rjmarvin writes: A team of computer scientists at Carnegie Mellon University have developed the GOTCHA (Generating panOptic Turing Tests to Tell Computers and Humans Apart) system that uses inkblots http://sdt.bz/66378 to add extra security to websites after password thefts. According to the scientists, these the randomness of the puzzles eschew algorithmic cracking. When a user creates a password using GOTCHA, their computer will then generate a number of random, multi-colored inkblots for the user to describe with a text phrase. The phrases are stored along with the password in a random order so that when the user returns and enters their password, the inkblots are shown along with their list of descriptive phrases. The user must then match the phrases with the correct inkblot.

Submission + - Changes to the GED Have Students Cramming For The Test

Hugh Pickens DOT Com writes: The GED high school equivalency exam has been around since 1942 and about 700,000 people typically take the exam each year. Now Jessica Bock reports for the St. Louis Post-Dispatch that thousands of students nationwide have a deadline to complete their GED as quickly as possible because for the first time in more than a decade, the GED is changing to make it more rigorous as high schools seek to better prepare students for colleges and careers. A paper-and-pencil version of the test will be phased out. The cost of the test will rise. And if a student hasn’t passed all five sections of the GED exam by the end of the year, he or she will have to start from scratch. “When there is a big change coming, people panic and worry,” says Laura Davidson. “And they get motivated to get it done.” Educator Randy Trask says that historically, the GED has tested knowledge but employers and colleges say now it's less about the knowledge and more about being able to use what you know to demonstrate critical thinking skills and solve real-world problems. "Take math, for example. Can you use that to solve a problem that's interesting-- to the-- two-- to the employer," says Trask. "For example, can you go in-- using some-- some basic algebra to adjust pricing-- for-- a store? It's the application of the knowledge that becomes much more important than the original knowledge we-- tested." In the meantime testing sites have been busy with adults wanting to pass the current GED or finish it if they passed parts of the exam previously. Incomplete GED tests scores will expire at the end of the year. "What we're doing is absolutely the most monumental-- change we've made in our-- in our GED testing service history," concludes Trask. "I think what we're doing is-- complicated. It's confusing. It's worrisome. But we're absolutely convinced that what we're doing is the right thing for learners."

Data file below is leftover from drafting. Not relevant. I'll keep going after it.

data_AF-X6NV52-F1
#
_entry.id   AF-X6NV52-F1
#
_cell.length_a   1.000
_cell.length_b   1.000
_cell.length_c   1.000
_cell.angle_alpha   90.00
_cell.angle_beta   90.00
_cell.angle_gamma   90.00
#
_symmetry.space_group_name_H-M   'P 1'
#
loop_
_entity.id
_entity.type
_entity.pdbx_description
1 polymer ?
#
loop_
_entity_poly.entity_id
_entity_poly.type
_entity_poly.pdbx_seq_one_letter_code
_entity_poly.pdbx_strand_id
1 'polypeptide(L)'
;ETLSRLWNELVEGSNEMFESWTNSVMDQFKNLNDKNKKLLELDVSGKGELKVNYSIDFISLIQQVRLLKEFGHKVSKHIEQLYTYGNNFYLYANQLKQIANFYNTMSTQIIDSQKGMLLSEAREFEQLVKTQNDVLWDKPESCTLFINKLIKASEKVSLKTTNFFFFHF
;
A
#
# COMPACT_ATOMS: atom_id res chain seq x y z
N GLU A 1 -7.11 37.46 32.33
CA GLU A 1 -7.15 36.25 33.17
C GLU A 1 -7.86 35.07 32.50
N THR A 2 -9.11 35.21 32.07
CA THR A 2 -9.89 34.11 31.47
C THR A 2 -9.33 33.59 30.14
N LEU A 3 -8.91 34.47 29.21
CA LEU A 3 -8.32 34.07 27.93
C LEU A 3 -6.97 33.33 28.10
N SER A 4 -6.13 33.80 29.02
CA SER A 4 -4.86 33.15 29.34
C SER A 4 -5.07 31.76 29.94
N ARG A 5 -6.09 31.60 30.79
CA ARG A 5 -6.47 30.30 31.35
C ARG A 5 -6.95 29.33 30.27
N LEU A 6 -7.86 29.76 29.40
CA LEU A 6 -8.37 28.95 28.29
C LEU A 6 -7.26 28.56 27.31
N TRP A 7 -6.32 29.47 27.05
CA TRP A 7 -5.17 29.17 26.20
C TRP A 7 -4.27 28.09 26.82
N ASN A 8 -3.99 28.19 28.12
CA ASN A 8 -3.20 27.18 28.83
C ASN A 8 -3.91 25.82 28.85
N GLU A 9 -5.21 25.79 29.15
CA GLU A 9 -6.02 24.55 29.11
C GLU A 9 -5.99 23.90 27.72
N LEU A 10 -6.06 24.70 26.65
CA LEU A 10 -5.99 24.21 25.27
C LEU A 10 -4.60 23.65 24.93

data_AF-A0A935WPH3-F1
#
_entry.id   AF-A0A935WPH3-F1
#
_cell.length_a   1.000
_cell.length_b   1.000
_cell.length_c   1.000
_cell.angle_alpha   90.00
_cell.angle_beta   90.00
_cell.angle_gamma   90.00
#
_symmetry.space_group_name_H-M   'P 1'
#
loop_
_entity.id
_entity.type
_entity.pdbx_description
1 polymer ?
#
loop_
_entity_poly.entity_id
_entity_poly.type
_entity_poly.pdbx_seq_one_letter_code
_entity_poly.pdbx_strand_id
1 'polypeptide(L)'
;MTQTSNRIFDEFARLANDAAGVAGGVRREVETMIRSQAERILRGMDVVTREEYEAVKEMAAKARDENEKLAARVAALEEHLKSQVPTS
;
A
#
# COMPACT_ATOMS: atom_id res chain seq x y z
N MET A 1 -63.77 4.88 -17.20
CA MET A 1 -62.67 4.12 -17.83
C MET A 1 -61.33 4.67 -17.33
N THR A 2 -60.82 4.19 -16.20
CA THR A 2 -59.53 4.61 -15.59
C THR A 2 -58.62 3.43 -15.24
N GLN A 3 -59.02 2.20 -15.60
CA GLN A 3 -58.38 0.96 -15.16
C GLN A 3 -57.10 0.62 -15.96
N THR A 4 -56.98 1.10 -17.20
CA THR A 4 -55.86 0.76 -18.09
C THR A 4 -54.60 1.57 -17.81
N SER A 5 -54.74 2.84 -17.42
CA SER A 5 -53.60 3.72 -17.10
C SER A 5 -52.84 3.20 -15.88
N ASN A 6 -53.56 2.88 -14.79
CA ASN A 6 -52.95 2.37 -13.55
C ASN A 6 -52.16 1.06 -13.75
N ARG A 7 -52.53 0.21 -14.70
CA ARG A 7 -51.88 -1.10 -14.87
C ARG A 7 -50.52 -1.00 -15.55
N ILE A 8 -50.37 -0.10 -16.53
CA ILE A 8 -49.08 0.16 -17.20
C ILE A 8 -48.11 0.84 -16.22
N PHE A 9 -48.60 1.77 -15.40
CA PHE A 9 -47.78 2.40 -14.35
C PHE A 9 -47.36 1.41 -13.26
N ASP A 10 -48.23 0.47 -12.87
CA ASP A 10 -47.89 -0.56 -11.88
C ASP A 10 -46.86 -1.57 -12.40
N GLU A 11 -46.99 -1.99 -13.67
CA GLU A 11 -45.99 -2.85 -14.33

Submission + - US Government Requests for Google User Data Double

Trailrunner7 writes: In the first six months of this year, Google received seven wiretap orders from the United States government and complied with all of them. The company also received 207 pen register requests in the same period and complied with 89 percent of them, according to Google’s new transparency report.

The company’s latest report reveals a fairly dramatic increase in the volume of user data requests from the U.S. government since the beginning of 2010. In the first half of that year, Google received 4,287 requests for user data. In the latest reporting period, the company got 10,918 requests. However, the percentage of requests that Google complies with has been dropping over time, with the company providing some data in 94 percent of requests in the second half of 2010 and 83 percent in the first half of 2013. Overall, requests from all governments have more than doubled since 2010.

Submission + - Ancient Ocean Flows Beneath Virginia (sciencemag.org)